Nebraska defensive coordinator John Papuchis had this to say about communication issues during the South Dakota State game after Wednesday's practice:
"It was a lot communication issues, just getting our guys comfortable and making the calls and taking command." Papuchis said, "One thing we have been blessed with while we have been here is a Mike linebacker that is willing to take charge. Whether it was Phil Dillard or Lavonte or Will Compton those guys took charge. That is what we need, a field general that is going to help people get lined up."
Entering Big Ten Conference play the coaches are still looking for leaders on defense. That shouldn't make anyone feel better as the Huskers head into a game against Illinois. Illinois will run pre-snap shifts, a host of different formations including spread and four tight-end sets, trick plays, you name it - in other words, they're the kind of offense that will test where the Husker defense is in terms of lining up correctly.
Lining up correctly - why does something that should seem so simple be that much of a challenge? I'll go with a Barrett Ruud quote for the explanation of that one:
With the Huskers on the bye this week, I was able to watch a bunch of college football this weekend (and put a pretty massive dent in my couch in the process). It was very apparent that offense is being played at an all-time level. Not only are the scheme's as innovative as ever, the skill in which they are being executed is phenomenal. Even middle of the pack teams play a brand of offense that poses a challenge to any defense it faces.
Basically, two offensive advantages: innovative schemes and phenomenal execution.
Illinois will challenge the Nebraska defense as much as anyone else they face during the rest of this regular season. The good news is Illinois will provide the Husker coaching staff with "teaching moments" as we head through October.
It's going to be windy. Nebraska has a redshirt freshman quarterback making his second start. Our opponent is ranked 70th nationally in run defense while our run offense is 13th. This is the perfect opportunity to run the ball at your opponent until they make you stop, and if that's not enough look at this quote from
Ameer Abdullah, Imani Cross, Terrell Newby. Get all three their carries, hit a play-action pass once in a while and Nebraska should be fine. On the other hand, if Illinois stacks the box and Tim Beck starts having Tommy Armstrong Jr throw wide receiver screens you might want go ahead and pull all your hair out before the second quarter starts because it's going to be a four-quarter game if that happens.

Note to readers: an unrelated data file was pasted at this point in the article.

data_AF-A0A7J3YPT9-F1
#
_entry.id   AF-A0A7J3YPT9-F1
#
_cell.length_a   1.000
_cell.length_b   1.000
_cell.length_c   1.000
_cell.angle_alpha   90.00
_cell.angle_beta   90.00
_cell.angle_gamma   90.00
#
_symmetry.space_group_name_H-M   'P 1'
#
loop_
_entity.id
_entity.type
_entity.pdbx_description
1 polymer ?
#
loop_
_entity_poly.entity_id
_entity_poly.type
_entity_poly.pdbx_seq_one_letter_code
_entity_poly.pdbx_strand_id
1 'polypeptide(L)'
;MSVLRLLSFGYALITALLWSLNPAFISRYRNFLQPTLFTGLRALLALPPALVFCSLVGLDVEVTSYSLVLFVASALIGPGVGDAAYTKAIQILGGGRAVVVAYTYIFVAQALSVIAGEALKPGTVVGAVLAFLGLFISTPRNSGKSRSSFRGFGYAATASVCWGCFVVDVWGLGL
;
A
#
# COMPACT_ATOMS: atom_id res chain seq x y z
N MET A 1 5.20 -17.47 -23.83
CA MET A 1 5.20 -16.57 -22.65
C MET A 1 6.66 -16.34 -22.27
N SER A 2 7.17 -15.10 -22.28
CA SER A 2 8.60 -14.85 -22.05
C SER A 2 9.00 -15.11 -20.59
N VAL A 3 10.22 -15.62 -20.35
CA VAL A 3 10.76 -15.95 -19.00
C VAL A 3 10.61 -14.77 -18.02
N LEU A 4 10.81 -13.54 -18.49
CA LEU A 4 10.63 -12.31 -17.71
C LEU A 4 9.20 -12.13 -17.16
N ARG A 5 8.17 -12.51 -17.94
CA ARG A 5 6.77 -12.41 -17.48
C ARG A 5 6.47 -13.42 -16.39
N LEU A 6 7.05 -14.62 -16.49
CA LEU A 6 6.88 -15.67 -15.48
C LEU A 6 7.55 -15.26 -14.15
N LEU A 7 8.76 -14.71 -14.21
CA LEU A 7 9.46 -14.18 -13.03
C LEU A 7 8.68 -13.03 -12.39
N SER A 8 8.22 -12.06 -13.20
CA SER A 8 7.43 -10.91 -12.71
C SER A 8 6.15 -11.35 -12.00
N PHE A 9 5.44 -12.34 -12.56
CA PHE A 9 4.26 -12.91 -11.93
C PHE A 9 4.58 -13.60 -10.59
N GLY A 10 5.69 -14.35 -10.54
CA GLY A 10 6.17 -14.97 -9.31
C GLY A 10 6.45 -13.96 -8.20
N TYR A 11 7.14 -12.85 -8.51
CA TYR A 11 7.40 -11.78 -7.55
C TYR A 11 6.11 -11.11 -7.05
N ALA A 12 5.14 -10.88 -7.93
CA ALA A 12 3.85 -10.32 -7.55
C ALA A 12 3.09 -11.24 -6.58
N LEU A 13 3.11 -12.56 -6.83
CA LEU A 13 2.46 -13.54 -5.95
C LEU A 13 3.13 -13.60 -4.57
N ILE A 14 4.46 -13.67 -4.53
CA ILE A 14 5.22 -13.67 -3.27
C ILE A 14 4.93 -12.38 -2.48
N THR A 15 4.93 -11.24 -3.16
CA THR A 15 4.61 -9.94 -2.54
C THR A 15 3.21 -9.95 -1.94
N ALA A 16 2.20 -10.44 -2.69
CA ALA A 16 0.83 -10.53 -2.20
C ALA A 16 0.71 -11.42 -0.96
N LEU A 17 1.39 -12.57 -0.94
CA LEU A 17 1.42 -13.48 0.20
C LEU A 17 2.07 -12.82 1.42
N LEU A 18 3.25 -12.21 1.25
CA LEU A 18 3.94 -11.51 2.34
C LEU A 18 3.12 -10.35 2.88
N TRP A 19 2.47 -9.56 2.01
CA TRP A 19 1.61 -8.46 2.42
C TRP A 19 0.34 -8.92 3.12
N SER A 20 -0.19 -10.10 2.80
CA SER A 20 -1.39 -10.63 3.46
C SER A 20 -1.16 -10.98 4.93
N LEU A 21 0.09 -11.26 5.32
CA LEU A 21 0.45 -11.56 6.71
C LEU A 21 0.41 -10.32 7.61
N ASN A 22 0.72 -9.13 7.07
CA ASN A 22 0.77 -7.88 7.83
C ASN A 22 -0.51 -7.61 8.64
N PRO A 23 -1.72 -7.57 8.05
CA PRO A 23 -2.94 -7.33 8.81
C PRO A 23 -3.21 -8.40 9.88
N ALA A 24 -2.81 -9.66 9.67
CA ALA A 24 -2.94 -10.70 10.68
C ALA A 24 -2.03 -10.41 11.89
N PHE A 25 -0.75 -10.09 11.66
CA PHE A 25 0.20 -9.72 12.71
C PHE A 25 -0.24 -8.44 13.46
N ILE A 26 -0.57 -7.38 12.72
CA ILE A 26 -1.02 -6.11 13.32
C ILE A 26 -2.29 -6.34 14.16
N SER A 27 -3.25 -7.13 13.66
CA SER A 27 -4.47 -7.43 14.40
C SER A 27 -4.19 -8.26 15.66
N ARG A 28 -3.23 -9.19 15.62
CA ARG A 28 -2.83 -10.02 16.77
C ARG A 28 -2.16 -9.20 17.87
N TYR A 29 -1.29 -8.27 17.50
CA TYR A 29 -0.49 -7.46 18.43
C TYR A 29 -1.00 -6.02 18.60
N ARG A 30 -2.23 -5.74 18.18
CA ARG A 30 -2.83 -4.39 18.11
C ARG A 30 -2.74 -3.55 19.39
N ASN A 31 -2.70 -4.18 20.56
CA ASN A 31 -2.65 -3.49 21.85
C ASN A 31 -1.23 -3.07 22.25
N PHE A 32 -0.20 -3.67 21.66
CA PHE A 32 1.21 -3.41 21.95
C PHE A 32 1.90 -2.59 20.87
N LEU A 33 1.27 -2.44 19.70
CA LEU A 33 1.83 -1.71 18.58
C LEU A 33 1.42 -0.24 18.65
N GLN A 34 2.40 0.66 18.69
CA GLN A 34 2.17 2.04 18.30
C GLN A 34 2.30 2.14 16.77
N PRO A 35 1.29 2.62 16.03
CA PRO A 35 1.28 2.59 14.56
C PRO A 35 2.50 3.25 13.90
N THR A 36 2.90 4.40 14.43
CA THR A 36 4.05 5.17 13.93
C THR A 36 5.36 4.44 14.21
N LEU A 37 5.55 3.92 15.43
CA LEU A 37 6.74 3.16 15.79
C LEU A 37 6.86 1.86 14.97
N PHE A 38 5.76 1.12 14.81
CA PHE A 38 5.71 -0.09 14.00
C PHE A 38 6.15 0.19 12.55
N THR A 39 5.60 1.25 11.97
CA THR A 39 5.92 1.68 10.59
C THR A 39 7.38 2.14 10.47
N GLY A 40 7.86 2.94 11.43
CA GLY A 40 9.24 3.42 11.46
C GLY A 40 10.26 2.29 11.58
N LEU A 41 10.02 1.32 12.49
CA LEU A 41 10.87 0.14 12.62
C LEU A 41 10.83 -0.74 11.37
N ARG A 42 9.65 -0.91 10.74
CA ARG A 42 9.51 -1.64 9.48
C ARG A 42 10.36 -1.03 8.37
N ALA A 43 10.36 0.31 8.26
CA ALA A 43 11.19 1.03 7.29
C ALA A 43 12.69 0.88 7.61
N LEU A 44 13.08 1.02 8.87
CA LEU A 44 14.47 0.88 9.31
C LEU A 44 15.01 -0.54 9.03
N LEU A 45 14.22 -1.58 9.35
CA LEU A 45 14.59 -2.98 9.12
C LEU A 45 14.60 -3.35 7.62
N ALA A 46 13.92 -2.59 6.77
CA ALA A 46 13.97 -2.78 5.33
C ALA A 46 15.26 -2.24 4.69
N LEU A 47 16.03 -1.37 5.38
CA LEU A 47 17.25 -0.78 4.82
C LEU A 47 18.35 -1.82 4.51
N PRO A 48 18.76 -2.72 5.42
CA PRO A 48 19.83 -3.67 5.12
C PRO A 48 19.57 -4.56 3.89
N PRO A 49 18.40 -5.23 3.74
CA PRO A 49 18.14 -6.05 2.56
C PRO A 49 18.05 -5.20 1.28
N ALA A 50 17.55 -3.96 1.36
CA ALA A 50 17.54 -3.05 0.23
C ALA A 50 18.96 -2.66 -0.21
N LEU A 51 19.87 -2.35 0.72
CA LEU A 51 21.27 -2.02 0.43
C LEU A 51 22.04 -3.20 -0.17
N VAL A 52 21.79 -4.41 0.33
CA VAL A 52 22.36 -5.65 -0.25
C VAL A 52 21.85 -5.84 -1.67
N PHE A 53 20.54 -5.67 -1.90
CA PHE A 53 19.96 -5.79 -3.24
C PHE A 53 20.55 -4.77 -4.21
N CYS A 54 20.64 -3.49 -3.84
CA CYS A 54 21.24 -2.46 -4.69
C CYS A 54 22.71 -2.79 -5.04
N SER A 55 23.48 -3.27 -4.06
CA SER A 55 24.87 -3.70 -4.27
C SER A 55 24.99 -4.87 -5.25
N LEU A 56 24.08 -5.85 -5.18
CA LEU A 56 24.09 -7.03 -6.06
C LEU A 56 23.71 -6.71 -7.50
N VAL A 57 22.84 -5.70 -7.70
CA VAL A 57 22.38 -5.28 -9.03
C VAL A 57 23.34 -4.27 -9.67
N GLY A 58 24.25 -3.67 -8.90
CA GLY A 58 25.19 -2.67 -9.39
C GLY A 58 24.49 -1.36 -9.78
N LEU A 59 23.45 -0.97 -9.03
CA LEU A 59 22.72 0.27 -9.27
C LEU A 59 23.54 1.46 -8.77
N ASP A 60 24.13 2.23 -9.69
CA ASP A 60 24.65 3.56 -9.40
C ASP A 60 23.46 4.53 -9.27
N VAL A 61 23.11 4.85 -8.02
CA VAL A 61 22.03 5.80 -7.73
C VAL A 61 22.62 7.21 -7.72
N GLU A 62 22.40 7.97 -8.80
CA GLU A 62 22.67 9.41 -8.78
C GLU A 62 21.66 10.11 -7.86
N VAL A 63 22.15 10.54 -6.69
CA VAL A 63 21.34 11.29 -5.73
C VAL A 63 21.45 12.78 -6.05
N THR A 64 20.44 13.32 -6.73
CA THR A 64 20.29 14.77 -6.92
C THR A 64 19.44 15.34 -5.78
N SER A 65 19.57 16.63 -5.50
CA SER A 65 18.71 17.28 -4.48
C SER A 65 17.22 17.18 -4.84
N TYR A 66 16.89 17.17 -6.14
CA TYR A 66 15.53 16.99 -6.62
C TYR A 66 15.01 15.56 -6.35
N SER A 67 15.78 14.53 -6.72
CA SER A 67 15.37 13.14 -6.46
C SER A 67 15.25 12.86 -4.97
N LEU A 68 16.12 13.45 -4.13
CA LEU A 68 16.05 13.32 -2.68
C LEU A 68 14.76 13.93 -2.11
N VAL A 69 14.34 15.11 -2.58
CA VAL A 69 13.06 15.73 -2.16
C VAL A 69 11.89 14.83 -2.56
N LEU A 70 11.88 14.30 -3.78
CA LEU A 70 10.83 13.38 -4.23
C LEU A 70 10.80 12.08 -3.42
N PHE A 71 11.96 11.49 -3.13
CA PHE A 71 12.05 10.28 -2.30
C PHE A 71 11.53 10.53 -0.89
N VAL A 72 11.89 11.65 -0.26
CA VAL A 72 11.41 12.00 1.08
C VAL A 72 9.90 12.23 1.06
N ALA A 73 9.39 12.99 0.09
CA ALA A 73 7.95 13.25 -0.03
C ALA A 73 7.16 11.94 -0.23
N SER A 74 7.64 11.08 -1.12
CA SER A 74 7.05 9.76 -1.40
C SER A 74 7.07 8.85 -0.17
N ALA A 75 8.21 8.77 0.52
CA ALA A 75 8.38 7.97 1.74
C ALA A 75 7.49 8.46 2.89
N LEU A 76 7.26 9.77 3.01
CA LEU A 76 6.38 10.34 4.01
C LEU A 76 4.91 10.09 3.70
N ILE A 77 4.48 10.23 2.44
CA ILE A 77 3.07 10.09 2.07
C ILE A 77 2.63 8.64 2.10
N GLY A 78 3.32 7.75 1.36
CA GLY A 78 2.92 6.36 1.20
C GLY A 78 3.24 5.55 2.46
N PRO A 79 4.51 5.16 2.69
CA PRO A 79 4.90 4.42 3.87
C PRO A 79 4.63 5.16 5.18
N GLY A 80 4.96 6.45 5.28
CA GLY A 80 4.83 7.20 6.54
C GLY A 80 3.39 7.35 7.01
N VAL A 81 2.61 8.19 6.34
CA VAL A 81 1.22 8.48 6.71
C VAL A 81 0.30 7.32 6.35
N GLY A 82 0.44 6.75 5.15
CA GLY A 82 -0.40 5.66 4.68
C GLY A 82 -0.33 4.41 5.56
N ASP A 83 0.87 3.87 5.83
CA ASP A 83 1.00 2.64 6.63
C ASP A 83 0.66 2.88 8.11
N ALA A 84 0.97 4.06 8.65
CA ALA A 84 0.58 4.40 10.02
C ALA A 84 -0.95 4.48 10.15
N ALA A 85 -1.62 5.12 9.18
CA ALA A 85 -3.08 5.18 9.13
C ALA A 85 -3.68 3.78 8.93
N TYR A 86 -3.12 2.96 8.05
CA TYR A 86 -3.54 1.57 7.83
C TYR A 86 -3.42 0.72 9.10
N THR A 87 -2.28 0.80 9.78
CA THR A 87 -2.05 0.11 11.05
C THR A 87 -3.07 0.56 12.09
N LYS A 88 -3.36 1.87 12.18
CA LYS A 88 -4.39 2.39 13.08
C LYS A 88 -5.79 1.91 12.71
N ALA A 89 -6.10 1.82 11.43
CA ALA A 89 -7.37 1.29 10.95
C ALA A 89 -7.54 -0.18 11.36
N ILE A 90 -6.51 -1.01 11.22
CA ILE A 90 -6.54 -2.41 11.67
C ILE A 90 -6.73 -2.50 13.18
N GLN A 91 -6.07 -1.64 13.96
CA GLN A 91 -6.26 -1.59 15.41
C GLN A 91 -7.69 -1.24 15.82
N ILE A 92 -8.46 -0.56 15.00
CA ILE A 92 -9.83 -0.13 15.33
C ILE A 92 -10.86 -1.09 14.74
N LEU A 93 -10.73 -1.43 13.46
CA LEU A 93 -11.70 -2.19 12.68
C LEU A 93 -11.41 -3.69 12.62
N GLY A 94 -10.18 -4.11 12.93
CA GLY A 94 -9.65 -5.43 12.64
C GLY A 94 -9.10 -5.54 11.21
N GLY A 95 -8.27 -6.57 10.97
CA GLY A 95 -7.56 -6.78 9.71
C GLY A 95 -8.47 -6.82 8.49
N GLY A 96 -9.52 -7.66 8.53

Defense - Key Players
This morning I mentioned accountability and responsibility as being the two hardest things to coach.
Much is expected of Vincent Valentine, a redshirt freshman defensive tackle. He is a good representative of the challenge in that area, especially given what Pelini had to say about him during Big Ten Media Days:
To step up to this next level, he's got to understand the type of mentality, the type of work ethic, and being able to fight through when you're tired.
Take a series when Valentine is in on defense and watch him (he's #98). Is he getting pushed around by the offensive linemen? Is he getting off blocks? If he is doing those things, is he doing it on every play?
Take another series and watch middle linebacker David Santos (he's #41). The John Papuchis quote from above should tell you what to watch for. Is he directing other defensive players? Is he in the right place at the right time and making tackles?
You have a DVR - go back and watch the play over and over again if you want to see what's happening (or not, this is what I frequently do, and nobody watches football with me).
Valentine and Santos are two guys who are key to Nebraska's success on defense. If they're not playing well, you can probably bet that the defense has a long way to go to maturity, and as I said this morning, maturity has to come before the defense will be successful at the more technical side of the game, i.e., schemes.
Big Play Defense
Illinois loves trick plays - they're ranked 19th nationally in plays over 20 yards. Nebraska is tied for 99th in that category, having given up 25 plays of 20+ yards. Move that stat up to 10+ yards, and the Huskers are 114th with 79 plays given up.
Husker fans have seen the defense gashed for big yardage in every game this season. It's likely we'll see it again versus Illinois, but given their defensive woes, it'll be more of a matter of who makes more big plays than whether or not they're made.
Also - keep in mind "big play defense" works both ways. Illinois has a good passing offense. Nebraska has two cornerbacks who are capable of making big plays - Stanley Jean-Baptiste is tied for first in the country in interceptions and Ciante Evans is tied for fourth with three. Look for both of them to make the plays that separate Nebraska from Illinois.